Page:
The Doctors' Silence SIR,—The waiting-about at hospitals Of which Janus
complains is .a very long-standing trouble with the inarticulate poor; now that the articulate are being given doses of it those who cause it are hearing something. Some of it is, of course, unavoidable but most appears to derive from the days when all hospital-work was philanthropic— not unaffected by the spirit of conscious condescension which afflicts most of us when we do good to those poorer than ourselves. The patients of those days waited without spoken complaint for the good people to attend to them, often for hours and hours on end.
There is another respect in which a niore adult approach to the patient and his relatives is urgently called for. The extraordinary policy of silence, the refusal of any intelligible information, appears to have been intensified in the hospital serike since the passing of the National Health Act. This is more destruCtive of confidence in the professional people involved than the occasional wrong diagnosis— the fear of which is, no doubt, the reason for the policy of dumbness.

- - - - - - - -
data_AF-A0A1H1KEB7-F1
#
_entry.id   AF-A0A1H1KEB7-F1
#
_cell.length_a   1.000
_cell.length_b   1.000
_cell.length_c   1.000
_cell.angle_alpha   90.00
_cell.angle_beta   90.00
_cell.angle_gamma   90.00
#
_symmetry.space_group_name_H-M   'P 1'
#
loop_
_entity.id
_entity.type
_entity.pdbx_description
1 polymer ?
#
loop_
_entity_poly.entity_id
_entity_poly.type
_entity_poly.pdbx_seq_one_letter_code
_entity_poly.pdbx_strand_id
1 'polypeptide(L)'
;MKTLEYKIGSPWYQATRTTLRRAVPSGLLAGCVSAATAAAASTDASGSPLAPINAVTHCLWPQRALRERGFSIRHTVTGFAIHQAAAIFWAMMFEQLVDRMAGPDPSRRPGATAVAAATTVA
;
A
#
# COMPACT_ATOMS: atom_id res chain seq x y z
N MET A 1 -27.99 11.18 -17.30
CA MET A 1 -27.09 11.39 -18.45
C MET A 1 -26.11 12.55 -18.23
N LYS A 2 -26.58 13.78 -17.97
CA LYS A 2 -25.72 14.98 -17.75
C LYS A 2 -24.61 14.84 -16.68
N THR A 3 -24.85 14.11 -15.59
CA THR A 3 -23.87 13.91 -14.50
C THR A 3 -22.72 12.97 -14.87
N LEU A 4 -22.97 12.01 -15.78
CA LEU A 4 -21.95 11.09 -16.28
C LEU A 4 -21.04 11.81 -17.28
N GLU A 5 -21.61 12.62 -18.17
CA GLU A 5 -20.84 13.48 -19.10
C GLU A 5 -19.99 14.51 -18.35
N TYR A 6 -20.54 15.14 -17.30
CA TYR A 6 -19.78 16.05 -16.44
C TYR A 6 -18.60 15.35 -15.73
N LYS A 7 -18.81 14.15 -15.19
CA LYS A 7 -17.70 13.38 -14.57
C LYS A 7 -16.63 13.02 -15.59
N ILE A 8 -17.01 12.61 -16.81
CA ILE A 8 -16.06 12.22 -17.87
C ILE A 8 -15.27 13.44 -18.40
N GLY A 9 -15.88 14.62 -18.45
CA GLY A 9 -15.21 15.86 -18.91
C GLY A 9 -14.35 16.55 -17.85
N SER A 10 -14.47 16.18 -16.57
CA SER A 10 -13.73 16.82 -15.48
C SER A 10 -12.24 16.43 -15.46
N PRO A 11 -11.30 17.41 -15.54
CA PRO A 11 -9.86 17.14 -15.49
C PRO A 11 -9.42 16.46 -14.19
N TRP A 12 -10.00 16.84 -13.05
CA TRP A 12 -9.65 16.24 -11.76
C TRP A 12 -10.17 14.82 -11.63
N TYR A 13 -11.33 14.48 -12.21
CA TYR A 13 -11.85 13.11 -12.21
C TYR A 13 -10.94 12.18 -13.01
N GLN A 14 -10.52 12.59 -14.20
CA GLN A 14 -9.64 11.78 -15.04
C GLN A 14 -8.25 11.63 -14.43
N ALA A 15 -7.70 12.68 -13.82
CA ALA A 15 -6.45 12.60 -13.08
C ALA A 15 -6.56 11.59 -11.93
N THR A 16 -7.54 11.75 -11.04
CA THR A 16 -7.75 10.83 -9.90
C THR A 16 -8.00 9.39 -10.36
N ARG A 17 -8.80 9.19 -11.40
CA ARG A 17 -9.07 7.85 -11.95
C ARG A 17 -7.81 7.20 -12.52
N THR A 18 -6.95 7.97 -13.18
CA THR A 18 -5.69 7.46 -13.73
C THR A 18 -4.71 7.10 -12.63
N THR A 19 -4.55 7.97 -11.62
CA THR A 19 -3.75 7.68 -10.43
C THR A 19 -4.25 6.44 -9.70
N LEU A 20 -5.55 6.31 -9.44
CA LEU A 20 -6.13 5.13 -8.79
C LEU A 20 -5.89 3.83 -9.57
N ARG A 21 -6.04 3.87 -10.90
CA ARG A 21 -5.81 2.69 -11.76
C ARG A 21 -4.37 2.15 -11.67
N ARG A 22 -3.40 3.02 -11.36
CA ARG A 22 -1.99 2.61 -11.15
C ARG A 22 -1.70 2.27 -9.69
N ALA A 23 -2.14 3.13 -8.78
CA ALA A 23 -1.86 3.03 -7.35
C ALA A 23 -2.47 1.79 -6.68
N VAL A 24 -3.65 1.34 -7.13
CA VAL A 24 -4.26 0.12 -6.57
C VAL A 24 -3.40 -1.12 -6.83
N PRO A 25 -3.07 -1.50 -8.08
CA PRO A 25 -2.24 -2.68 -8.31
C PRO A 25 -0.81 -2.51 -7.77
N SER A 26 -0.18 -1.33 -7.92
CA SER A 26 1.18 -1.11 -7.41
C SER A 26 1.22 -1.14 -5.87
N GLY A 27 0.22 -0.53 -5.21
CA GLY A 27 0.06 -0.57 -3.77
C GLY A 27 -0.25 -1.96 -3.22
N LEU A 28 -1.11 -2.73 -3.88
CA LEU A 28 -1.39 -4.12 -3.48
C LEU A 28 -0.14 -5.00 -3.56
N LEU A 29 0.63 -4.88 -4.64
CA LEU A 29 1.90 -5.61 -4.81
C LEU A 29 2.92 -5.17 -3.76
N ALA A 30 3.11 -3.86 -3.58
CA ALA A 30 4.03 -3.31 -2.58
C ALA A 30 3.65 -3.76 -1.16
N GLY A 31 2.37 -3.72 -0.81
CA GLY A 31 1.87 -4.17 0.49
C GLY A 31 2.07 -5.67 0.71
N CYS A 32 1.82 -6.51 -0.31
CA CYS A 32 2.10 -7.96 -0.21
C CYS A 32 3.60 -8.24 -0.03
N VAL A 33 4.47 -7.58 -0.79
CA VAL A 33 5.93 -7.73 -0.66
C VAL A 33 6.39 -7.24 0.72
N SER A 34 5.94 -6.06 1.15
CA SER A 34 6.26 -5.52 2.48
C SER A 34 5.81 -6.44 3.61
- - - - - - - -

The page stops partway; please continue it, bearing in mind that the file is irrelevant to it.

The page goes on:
It seems that sometimes the withholding of vital information is done from a mistaken conception of the function of a medical service. Patients are not told the truth because "that would only worry you" and rational beings of sound mind are allowed to depart this life partly deluded by a pack of wilful lies; all, I admit, done for kindness.
Some of us do not mind a Welfare State, but why not make use of the wonderful opportunity it offers for treating people as fully adult, landing squarely on them the weight of the truth about themselves, taking the risk of having to say "1 was wrong," and helping the classes who particularly need it to acquire more self-respect by according them
common courtesy ?—Yours faithfully, HERBERT R. BARTON. The Rectory, Corion Road, Lowestoft.